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Comparative spring-staging ecology of sympatric arctic-nesting geese in south-central Nebraska

American Midland Naturalist

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Abstract

The Rainwater Basin in Nebraska has been a historic staging area for midcontinent greater white-fronted geese (Anser albifrons frontalis) since the 1950s and, in the mid-1990s, millions of midcontinent lesser snow geese (Chen caerulescens caerulescens) expanded their spring migration route to include this region. In response to speculation that snow geese may be in direct competition with white-fronted geese, we compared staging ecology by quantifying diet, habitat use, movement patterns, and time budgets during springs 1998–1999. Collected white-fronted geese (n  =  190) and snow geese (n  =  203) consumed primarily corn (Zea mays; 97–98% aggregate dry mass) while staging in Nebraska; thus, diet overlap was nearly complete. Both species used cornfields most frequently during the morning (54–55%) and wetlands more during the afternoon (51–65%). When found grouped together, snow goose abundance was greater than white-fronted goose abundance by an average of 57 times (se  =  11, n  =  131 groups) in crop fields and 28 times (se  =  9, n  =  84 groups) in wetlands. Snow geese and white-fronted geese flew similar distances between roosting and feeding sites, leaving and returning to wetland roost sties at similar times in mornings and afternoons. Overlap in habitat-specific time budgets was high; resting was the most common behavior on wetlands, and foraging was a common behavior in fields. We observed 111 interspecific agonistic interactions while observing white-fronted and snow geese. White-fronted geese initiated and dominated more interactions with other waterfowl species than did snow geese (32 vs. 14%). Certain aspects of spring-staging niches (i.e., diet, habitat use, movement patterns, and habitat-specific behavior) of white-fronted and snow geese overlapped greatly at this mid-latitude staging site, creating opportunity for potential food- and habitat-based competition between species. Snow geese did not consistently dominate interactions with white-fronted geese; yet large differences in their numbers coupled with high degrees of spatial, temporal, and ecological overlap support potential for exploitative competition during years when waste corn may be in short supply and dry years when few wetlands are available for staging waterfowl.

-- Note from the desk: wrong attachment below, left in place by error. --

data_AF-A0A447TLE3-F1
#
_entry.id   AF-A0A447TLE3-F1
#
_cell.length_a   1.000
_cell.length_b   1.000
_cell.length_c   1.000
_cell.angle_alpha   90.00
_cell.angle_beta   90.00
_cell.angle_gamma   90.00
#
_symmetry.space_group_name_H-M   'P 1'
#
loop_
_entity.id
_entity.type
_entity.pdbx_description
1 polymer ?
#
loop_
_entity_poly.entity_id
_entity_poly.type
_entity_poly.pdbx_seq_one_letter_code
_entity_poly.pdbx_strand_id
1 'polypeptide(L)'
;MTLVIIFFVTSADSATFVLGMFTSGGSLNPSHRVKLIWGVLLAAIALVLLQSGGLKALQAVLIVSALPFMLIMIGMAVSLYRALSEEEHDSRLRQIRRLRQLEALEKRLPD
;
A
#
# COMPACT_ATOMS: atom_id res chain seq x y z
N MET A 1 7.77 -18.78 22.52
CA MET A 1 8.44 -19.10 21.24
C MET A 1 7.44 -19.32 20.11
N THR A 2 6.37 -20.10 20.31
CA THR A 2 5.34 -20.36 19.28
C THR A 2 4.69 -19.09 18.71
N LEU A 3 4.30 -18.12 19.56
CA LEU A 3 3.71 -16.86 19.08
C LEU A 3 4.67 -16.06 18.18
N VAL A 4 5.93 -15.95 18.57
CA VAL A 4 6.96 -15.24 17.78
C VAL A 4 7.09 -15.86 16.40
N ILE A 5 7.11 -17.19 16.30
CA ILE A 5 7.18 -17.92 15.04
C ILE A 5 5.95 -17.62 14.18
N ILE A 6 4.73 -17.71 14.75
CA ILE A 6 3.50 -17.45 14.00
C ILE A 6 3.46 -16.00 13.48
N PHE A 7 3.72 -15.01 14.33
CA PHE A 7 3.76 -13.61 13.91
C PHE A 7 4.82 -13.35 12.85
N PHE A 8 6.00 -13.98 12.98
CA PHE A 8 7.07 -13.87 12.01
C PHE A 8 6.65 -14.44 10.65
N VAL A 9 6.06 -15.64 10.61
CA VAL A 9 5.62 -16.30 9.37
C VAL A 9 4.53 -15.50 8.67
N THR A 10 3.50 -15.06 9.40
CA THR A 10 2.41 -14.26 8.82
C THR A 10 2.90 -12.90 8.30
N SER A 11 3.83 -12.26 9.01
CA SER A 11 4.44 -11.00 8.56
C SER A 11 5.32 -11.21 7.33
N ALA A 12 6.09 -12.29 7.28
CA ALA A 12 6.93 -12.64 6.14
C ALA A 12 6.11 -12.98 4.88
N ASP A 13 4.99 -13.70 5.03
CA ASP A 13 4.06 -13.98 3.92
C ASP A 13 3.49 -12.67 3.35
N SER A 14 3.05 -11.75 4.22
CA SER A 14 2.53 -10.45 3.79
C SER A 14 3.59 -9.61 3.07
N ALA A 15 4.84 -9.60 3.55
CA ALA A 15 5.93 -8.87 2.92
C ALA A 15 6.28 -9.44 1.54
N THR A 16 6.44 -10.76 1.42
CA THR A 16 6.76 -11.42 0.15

Geospatial Extents

Additional Publication Details

Publication type:
Article
Publication Subtype:
Journal Article
Title:
Comparative spring-staging ecology of sympatric arctic-nesting geese in south-central Nebraska
Series title:
American Midland Naturalist
Volume
169
Issue:
2
Year Published:
2013
Language:
English
Publisher:
University of Notre Dame
Publisher location:
Notre Dame, IN
Contributing office(s):
Northern Prairie Wildlife Research Center
Description:
11 p.
Larger Work Type:
Article
Larger Work Subtype:
Journal Article
Larger Work Title:
American Midland Naturalist
First page:
371
Last page:
381
Country:
United States
State:
Nebraska
Other Geospatial:
Rainwater Basin